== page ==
The moment you enter into business for yourself, the long journey ahead of you is littered with all kinds of rejections.
Most business owners think that the opposite of rejection is acceptance. But, the truth is that the best way to counter rejection is to build resiliency.
And, when it comes to scaling your business, funding your idea, and creating a legacy, there are multiple ways to form that resiliency. Some are mindset and attitude-based. Other strategies are more practical, and they come from years of experience.
Recently, we sat down with VC Nihal Mehta and a panel of speakers at LadyDrinks, lobbing a range of questions from business owners in a variety of niches. Listen in and learn exactly how to turn rejections into introductions, funding, and business wins.
Rejections spark a lot of emotional and psychological pain. When business owners are following up after the first rejection, the memory of rejection can be a hump that stalls their progress.
Nihal Mehta suggests doing the following:
→ Accept that the sting of rejection is a natural human emotion. You’re absolutely allowed to feel it.
→ Look at resiliency like a muscle — it needs the pressure of rejection, and even failure, to build up.
“After investing in a lot of companies, many of which have failed, you actually do build up a thickness in your skin. You do end up building resiliency as a muscle. The first few rejections are going to hurt. They hurt like hell. But like the 21st rejection is not more than the 20th, you know?”
Here’s the thing — the experience of rejection and the feelings it triggers is a sensation that flattens itself out. When you look at it this way, it becomes even more imperative that you “fail hard and fail fast.” You should be scrambling to get those first few rejections.
Nihal cites Jack Dorsey’s whopping 90 rejections from investors, before he found an investor that would actually back this category to find a company. There is, of course, a surprising dichotomy between men and women, on an emotional front, when “bouncing back” post rejection. Even so, it’s a journey.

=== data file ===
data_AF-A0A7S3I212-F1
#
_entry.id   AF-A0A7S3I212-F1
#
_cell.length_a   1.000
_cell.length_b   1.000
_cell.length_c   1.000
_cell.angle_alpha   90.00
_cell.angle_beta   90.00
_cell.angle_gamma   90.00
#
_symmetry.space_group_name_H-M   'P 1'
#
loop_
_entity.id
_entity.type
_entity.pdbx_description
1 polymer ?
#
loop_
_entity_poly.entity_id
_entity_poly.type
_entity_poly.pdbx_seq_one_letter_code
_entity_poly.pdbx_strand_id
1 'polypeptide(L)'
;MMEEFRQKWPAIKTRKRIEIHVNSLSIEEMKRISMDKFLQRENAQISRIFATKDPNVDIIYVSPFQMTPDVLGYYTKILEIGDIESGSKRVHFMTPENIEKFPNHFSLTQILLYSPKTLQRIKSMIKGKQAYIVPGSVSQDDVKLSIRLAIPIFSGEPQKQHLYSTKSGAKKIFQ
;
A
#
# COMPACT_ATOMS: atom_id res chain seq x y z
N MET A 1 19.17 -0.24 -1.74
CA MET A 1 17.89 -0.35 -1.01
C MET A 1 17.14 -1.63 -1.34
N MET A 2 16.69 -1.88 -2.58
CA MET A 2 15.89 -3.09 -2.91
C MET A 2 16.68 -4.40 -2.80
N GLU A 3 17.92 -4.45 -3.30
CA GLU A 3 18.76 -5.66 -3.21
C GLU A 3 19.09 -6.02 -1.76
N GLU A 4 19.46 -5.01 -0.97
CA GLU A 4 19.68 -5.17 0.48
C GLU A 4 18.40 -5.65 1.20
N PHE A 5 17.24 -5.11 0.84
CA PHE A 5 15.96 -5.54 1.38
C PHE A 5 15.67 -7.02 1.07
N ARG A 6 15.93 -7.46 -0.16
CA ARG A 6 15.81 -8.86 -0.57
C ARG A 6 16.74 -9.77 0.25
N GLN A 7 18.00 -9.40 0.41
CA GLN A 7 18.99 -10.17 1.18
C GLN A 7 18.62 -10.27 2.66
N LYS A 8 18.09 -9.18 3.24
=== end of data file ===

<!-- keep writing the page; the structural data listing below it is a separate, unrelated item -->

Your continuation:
And because it’s a journey, it’s important to maintain an equilibrium that will help you stay strong regardless of the fact that everyday isn’t going to be a win.
The CEO of Box, says Nihal, shared that part of being part of being an entrepreneur is managing the higher highs and managing the lower lows and keeping yourself right here.
Nihal says that, for him, it’s meditation, getting up, and working out first thing in the morning. These are the constants that help flatten and stabilize equilibrium in the face of rejection.
Once you acknowledge to yourself that rejection is inevitable, perhaps even desirable, you should seek to learn what the metrics of success would be. That way, you can aim for it.
If you’re trying to hedge against rejection for an early stage company, Nihal points to a couple of factors that can help you gain leverage. These include:
“Are they the only unique group of founders to really pull this off in the whole world? That means a lot to us. And, then, are they swinging for the fences, in terms of the market? That’s what we look for as venture investors. So we say, when companies shoot for the stars, they often fail and still land on the moon. So the market’s gotta be big, you know, for us.”
Knowing this matters because a rejection is never personal. And, even if it were, you should know that most business ideas are not built for VC funding.
The popularity of shows like Shark Tank, and the wide variety of Internet literature talking about B-round and C-round funding can make it seem like outside funding is not just the touted route, it’s the only route.
That’s simply not true.
Many founders have this misconception that external VC funding is the only way they can fund their business. But Most businesses are not meant for venture capital. Nihal acknowledges that VC funding is like rocket fuel, but only for very specific businesses.
Software, for example, is something that resonates well with VC funding. Things that are scalable, that don’t require a lot of human input, or ideas that require a ton of capital like Uber, can use the billions of dollars they’ll raise from funding rounds.